Stanford Experts Assess the Future of the Liberal International Order in the Indo-Pacific Amid the Rise of Autocracy, Sharp Power

Stanford Experts Assess the Future of the Liberal International Order in the Indo-Pacific Amid the Rise of Autocracy, Sharp Power

At the Nikkei Forum, Freeman Spogli Institute scholars Oriana Skylar Mastro, Michael McFaul, Gi-Wook Shin, and Kiyoteru Tsutsui considered the impacts of the war in Ukraine, strategies of deterrence in Taiwan, and the growing tension between liberal democracy and authoritarian populism.
(Clockwise from top left) Michael McFaul, Oriana Skylar Mastro, Gi-Wook Shin, Kiyoteru Tsutsui (Clockwise from top left) Michael McFaul, Oriana Skylar Mastro, Gi-Wook Shin, Kiyoteru Tsutsui.

The Indo-Pacific, the world’s fastest-growing region in the global economy, faces complex geopolitical and geo-economic risks. Amid Russia’s unrelenting war in Ukraine and its strengthening ties with a bellicose North Korea, China continues to exert its power through economic coercion and diplomatic pressures. Meanwhile, Asia's established and aspiring democracies must rise to the challenge of preventing further democratic decline and revitalizing their institutions. These trends dominated the agenda at the recent Nikkei Forum, The Liberal International Order in the Indo-Pacific.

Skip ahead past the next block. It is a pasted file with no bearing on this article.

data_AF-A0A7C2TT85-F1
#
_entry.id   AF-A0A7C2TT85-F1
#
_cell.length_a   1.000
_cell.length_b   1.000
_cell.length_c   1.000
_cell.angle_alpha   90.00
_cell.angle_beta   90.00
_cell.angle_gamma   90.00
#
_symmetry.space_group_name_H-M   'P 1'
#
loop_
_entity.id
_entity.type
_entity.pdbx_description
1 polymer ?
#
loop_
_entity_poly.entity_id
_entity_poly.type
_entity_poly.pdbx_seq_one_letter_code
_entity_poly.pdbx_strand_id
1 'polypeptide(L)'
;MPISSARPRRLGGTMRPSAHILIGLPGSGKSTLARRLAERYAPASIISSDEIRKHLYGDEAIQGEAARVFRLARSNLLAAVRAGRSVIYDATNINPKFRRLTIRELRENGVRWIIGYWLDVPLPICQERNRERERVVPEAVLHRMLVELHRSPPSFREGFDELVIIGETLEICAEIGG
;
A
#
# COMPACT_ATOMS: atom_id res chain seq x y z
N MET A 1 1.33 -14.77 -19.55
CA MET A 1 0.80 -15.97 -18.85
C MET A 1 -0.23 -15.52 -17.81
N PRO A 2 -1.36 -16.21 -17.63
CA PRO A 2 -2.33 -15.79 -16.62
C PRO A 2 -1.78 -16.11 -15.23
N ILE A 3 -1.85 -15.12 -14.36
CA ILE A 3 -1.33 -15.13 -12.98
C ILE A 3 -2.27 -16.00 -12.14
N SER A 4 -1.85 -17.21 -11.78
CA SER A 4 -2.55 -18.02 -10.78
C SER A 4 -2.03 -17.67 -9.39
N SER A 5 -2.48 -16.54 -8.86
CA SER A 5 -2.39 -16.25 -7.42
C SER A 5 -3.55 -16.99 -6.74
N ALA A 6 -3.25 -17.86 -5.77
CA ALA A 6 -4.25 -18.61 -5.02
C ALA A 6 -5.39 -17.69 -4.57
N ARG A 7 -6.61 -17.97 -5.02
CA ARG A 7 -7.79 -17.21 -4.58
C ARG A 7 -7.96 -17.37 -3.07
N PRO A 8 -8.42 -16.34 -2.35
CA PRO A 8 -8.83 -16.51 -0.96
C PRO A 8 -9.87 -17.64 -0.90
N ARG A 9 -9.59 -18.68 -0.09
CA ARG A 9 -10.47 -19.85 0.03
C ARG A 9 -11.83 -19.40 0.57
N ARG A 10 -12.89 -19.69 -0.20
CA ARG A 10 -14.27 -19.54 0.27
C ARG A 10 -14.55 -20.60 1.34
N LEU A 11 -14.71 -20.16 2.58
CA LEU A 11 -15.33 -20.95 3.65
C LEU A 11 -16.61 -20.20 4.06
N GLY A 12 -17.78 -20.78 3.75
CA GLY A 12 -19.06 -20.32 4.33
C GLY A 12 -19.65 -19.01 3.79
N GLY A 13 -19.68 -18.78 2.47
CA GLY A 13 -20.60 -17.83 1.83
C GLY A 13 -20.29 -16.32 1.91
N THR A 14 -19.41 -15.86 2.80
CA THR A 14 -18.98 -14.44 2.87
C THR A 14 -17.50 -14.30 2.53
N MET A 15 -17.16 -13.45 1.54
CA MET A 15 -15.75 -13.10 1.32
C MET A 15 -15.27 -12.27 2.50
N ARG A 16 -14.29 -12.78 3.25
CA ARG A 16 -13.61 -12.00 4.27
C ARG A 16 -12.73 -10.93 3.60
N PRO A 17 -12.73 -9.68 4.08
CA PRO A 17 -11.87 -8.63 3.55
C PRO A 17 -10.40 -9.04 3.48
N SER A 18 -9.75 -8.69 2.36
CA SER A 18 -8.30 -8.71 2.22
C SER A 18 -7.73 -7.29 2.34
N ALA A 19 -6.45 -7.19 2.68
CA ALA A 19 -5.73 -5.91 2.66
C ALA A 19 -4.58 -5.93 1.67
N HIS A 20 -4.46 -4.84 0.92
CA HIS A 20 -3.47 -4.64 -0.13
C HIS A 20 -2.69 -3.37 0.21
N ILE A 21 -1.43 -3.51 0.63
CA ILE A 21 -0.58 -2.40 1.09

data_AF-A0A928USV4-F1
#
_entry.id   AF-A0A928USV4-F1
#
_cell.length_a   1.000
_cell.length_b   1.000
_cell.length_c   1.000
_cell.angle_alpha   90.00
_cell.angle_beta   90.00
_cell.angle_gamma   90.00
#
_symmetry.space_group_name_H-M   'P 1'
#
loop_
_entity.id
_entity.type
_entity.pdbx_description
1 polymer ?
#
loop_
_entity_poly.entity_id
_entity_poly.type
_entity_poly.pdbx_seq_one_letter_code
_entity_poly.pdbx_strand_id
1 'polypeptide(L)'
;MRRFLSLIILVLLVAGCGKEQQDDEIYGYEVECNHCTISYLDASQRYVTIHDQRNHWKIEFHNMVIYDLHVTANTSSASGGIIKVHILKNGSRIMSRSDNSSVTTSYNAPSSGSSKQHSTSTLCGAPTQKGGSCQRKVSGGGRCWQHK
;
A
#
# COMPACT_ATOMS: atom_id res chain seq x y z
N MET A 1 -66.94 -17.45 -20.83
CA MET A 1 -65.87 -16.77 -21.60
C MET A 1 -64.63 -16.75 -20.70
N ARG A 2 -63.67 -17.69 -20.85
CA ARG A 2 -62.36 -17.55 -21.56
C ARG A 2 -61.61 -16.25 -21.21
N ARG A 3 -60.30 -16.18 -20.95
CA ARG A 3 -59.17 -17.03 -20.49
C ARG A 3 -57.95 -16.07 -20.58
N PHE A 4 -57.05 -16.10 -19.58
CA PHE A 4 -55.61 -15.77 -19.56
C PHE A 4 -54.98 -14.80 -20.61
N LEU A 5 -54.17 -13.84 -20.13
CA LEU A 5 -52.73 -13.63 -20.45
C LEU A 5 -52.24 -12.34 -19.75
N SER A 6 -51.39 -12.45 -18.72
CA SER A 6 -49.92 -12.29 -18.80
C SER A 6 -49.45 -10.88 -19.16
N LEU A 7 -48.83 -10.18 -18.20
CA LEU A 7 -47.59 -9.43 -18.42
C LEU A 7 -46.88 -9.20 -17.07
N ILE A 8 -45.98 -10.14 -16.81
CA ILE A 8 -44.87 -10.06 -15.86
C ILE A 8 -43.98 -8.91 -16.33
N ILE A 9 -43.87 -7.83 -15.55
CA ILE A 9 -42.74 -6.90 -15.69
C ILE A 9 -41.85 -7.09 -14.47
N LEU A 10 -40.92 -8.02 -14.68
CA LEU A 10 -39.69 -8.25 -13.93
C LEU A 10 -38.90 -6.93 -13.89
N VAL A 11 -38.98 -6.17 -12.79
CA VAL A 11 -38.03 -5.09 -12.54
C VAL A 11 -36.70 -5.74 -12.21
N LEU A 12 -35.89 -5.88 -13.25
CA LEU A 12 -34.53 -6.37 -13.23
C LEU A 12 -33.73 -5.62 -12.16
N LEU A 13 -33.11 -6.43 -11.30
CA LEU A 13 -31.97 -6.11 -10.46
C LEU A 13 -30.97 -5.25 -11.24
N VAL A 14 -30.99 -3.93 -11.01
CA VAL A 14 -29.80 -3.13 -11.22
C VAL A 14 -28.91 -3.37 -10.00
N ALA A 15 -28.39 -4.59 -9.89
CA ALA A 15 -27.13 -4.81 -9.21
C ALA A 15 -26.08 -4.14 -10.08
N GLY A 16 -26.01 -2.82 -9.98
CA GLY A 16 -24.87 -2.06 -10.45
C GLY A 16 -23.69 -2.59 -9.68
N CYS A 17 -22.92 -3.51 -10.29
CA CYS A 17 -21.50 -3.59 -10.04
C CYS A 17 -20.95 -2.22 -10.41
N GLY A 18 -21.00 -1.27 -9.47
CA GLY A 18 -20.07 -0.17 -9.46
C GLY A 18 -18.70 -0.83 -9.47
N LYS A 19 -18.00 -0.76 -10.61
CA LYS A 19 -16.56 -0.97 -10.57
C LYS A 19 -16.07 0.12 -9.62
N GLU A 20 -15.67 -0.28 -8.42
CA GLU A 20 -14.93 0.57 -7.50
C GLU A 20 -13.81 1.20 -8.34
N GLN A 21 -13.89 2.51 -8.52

Cohosted by Shorenstein APARC, the Keio Center for Strategy at the Keio University Global Research Institute, and Nikkei Inc., the forum was held on June 24, 2024, at Keio University and featured Freeman Spogli Institute (FSI) and Keio experts. Its first session, moderated by Akio Fujii, executive chair of the editorial board at Nikkei Inc., included panelists Oriana Skylar Mastro, FSI center fellow at APARC, and Michael McFaul, the director of FSI. They examined the geopolitical effects of the war in Ukraine, deterrence and provocation in Taiwan, and their implications for security in the Indo-Pacific. The second session, moderated by Nikkei commentator Hiroyuki Akita, included Gi-Wook Shin, the director of APARC and director of the Korea Program, and Kiyoteru Tsutsui, the deputy director of APARC and director of the Japan Program. Panelists considered the connectivity of European and Indo-Pacific security, the rise of authoritarianism and global populism, international partnerships, and various ongoing efforts to protect the liberal international order in the Indo-Pacific. The session recordings in English and Japanese are available on the Nikkei Global Events YouTube channel.